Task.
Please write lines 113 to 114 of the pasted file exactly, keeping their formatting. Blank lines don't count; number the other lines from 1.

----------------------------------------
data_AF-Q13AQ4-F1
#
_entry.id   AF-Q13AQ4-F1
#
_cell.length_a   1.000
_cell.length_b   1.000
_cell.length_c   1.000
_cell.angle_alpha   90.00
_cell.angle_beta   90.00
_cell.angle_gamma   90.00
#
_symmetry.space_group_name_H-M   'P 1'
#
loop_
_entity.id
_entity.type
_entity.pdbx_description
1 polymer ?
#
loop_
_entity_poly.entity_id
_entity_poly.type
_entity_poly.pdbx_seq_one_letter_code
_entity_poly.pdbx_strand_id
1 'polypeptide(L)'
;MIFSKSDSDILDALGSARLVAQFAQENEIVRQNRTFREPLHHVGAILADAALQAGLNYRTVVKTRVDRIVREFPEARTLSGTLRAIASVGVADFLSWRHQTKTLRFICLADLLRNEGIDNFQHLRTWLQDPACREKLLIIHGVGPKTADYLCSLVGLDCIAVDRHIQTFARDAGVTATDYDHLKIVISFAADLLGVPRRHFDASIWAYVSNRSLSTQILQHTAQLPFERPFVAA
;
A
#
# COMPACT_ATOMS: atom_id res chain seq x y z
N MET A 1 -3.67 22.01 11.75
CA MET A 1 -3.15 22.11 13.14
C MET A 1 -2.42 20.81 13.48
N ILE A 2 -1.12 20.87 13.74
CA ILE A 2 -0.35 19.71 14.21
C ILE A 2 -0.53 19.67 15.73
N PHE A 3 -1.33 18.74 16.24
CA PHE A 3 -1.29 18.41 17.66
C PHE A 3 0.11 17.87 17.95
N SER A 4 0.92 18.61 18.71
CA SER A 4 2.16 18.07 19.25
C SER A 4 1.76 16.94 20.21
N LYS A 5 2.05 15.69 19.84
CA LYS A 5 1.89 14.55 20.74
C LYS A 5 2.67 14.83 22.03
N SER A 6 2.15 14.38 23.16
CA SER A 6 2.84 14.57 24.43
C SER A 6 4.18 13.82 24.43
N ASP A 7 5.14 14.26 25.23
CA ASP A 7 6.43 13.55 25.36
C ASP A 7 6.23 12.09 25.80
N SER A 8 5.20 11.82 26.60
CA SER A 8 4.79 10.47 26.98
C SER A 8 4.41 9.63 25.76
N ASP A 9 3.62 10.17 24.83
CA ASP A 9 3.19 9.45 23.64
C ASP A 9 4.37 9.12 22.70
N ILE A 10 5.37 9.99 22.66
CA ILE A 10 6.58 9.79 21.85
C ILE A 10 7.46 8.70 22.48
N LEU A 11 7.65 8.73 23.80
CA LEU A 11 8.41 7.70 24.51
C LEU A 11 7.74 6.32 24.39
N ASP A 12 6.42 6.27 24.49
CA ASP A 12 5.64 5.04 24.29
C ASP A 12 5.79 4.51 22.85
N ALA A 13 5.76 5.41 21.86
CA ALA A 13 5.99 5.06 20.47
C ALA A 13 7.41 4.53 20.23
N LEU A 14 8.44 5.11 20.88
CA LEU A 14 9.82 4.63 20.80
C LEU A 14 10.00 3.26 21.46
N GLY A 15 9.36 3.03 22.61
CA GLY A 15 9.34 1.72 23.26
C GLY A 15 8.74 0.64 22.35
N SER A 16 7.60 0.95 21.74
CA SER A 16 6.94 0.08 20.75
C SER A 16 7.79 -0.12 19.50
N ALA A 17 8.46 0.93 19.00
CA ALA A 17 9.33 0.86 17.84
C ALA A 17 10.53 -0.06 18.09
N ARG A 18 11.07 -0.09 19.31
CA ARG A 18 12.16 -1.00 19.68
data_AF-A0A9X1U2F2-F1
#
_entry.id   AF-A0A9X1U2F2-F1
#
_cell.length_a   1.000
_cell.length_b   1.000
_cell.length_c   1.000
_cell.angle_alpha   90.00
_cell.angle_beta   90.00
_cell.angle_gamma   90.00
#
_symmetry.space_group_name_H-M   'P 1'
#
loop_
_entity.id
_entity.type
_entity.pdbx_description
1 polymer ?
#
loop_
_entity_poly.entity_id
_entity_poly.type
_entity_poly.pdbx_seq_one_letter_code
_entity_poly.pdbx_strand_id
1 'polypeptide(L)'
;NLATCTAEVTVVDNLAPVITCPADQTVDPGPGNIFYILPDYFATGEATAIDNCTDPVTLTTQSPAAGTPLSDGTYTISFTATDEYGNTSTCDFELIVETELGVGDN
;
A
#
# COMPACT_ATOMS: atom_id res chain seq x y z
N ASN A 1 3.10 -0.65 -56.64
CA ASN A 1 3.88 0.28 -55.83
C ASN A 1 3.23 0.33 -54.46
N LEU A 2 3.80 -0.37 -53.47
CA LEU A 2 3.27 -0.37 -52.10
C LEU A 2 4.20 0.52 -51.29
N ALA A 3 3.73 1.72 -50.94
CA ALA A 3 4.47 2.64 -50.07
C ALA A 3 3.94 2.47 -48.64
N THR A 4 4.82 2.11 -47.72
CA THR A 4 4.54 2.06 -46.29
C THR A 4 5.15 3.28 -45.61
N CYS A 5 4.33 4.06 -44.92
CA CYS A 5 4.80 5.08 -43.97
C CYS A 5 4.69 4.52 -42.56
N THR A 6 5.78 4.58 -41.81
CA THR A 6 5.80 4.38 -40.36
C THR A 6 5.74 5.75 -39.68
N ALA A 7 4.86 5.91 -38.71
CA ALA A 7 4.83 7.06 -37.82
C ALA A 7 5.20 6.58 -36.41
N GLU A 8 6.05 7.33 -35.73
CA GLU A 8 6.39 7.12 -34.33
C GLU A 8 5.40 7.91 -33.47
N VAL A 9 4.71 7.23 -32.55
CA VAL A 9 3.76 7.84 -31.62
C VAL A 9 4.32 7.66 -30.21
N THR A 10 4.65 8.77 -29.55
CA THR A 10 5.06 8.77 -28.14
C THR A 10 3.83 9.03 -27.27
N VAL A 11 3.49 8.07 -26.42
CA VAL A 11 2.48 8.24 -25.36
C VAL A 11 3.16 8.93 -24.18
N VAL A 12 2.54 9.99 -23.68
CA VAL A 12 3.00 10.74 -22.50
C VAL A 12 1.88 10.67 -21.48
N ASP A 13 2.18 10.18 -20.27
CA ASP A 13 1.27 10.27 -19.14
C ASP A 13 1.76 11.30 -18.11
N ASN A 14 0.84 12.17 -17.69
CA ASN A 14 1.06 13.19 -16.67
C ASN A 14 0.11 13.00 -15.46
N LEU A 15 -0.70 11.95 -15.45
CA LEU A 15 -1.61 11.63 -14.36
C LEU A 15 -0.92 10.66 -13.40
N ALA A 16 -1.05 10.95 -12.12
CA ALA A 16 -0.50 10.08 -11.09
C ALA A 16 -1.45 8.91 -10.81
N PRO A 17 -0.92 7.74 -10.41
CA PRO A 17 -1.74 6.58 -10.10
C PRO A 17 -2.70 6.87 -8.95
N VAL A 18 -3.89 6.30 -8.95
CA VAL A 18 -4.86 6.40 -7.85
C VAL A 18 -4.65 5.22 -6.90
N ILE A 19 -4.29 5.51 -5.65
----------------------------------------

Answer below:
# COMPACT_ATOMS: atom_id res chain seq x y z
N ASN A 1 3.10 -0.65 -56.64